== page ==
Patchogue-Medford graduate Anthony Vega and Bay Shore alum John Soldinger signed on to Manhattan College for the same reason.

Vega and Soldinger, now sophomores, viewed the small Catholic school in the Bronx as their ticket to big-time Division I baseball.

Soon enough, their vision became reality.

The Jaspers (34-17) won the MAAC Tournament on Saturday against Siena and will visit No. 2 overall seed Florida (45-16) Friday (ESPNU, 4 p.m.) in a regional game of the double-elimination NCAA Tournament.

It is Manhattan's first NCAA berth since a regional final appearance in 2006.

"Our whole goal was to win a MAAC championship and make it to regionals," Vega said. "And to finally do it, it was incredible."

Vega started 42 games in the outfield this season, batting .232 with 27 runs, 19 RBIs and nine stolen bases.

Soldinger spent most of his freshman season in the bullpen, only to establish himself as the Jaspers' ace this season. Soldinger (10-2, 2.34 ERA in 15 games, 13 starts) will start against the Gators.

"Getting a shot to go to a regional and playing a big-name team, that's the reason I came to Manhattan," Soldinger said.

After Soldinger found out about his starting assignment Sunday afternoon, he went home later that day to solicit advice from the man who knows him best. "Dad just told me to relax and pitch like I know how to pitch," Soldinger said. "He said it's the same game. And he told me good pitching always beats good hitting."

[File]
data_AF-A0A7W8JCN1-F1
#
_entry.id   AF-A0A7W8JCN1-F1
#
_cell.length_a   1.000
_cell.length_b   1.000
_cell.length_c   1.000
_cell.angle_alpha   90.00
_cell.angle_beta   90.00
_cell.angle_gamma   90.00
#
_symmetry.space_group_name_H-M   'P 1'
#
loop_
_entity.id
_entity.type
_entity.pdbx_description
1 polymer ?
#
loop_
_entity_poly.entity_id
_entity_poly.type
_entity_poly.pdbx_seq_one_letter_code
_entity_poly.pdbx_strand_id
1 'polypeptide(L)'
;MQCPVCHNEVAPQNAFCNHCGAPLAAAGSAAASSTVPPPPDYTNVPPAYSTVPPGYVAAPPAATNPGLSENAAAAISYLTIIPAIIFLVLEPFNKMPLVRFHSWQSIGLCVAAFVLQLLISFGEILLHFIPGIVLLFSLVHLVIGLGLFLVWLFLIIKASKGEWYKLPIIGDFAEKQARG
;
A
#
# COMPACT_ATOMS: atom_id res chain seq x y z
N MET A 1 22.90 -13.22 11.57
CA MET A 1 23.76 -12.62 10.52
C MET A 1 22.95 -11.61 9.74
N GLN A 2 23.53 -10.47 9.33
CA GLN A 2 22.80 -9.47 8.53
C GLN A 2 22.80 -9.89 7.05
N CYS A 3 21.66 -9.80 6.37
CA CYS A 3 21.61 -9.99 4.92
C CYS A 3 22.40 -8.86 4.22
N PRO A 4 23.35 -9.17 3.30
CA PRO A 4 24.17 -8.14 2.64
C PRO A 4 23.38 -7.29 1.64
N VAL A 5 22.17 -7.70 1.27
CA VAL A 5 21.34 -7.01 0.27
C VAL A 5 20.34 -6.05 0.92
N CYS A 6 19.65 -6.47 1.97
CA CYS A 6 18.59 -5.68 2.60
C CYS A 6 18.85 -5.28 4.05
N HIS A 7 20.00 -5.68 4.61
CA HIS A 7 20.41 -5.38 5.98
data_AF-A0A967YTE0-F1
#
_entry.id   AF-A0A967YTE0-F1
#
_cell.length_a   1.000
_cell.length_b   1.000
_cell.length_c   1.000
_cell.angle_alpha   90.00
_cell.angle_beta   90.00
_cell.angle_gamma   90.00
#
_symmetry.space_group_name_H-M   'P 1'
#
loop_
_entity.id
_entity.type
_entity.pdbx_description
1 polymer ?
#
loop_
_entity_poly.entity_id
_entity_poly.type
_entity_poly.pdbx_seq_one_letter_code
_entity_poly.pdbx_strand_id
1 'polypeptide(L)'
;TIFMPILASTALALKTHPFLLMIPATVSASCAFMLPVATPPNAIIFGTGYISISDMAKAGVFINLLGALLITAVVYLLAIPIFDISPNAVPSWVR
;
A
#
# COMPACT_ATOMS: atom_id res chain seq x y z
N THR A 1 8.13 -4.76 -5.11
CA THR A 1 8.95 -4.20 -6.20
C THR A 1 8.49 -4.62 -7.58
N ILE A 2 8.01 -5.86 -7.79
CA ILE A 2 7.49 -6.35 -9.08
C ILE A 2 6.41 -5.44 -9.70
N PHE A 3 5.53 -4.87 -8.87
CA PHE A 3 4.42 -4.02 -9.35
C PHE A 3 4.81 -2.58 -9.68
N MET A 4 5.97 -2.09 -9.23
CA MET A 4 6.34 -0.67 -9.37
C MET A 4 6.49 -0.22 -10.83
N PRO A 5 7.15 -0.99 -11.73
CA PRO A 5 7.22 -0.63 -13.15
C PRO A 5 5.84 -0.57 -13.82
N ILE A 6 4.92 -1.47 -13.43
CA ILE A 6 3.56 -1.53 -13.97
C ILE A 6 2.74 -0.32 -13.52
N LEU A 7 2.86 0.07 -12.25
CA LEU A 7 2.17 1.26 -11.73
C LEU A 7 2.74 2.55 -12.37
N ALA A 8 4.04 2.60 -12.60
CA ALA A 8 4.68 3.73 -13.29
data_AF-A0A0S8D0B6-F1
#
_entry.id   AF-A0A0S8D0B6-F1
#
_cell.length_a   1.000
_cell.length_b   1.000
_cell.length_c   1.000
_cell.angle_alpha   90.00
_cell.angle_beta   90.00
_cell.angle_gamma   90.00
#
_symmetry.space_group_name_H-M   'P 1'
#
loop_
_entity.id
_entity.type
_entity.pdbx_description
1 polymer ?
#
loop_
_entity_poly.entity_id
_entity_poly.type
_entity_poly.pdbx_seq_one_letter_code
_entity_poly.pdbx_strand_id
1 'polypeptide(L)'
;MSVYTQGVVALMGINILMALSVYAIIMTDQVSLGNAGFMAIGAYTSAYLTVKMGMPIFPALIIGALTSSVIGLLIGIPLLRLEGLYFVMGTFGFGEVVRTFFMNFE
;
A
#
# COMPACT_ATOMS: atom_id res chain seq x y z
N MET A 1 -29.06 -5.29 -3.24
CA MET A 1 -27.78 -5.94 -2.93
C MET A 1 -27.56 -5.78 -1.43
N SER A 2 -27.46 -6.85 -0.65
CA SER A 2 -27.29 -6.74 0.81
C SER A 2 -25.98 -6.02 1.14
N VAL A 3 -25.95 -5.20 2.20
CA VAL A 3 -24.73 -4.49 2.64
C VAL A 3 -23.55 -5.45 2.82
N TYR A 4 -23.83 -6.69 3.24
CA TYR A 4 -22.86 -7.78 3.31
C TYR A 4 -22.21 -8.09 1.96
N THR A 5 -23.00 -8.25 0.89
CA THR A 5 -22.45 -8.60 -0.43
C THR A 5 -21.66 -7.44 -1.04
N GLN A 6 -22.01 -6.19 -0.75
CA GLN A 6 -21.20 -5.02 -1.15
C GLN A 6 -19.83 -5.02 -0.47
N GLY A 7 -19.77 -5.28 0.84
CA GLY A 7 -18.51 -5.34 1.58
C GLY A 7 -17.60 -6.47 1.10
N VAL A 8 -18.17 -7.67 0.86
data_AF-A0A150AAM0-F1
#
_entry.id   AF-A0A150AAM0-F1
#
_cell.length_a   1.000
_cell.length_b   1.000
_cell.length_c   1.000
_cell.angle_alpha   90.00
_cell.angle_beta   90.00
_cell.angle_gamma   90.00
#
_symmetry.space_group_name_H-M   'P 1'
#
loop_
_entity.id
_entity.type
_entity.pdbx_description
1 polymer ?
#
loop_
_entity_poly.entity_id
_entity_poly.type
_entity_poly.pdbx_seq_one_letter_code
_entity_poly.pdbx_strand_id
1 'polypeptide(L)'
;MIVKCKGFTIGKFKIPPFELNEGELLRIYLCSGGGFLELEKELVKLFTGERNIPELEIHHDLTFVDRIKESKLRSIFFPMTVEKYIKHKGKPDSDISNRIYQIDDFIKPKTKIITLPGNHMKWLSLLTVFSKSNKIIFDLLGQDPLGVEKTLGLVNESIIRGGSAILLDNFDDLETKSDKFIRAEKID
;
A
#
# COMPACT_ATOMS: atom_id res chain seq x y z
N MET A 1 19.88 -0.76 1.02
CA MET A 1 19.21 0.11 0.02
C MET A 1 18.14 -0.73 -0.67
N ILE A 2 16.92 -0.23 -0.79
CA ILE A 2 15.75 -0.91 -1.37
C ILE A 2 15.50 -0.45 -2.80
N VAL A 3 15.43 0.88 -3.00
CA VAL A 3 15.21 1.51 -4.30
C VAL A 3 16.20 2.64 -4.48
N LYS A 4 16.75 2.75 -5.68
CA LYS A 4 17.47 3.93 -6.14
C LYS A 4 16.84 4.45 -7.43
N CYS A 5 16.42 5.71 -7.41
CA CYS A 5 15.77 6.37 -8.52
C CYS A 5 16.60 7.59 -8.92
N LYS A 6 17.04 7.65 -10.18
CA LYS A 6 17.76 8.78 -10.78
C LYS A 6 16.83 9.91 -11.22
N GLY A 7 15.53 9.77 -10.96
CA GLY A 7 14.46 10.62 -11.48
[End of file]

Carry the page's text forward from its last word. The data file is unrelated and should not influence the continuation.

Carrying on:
Soldinger admits to first being nervous at the thought of pitching in front of 6,000 mostly pro-Gator fans at McKethan Stadium in Gainesville. The visit home, however, eased those butterflies. Plus, when the righthander takes the mound, he will enjoy the tourney experience with a Suffolk compatriot.

"John and I are pretty close," Vega said. "The team itself is very close, but being from Long Island, we know a lot of the same people, so it's always nice. To have the kind of success he has, it says a lot about the talent on Long Island."

As for how far the Jaspers can advance in the tournament, the two believe their small-school team could surprise a few people.

"Never count anybody out because both teams play the same game," Soldinger said. "Anything can happen."

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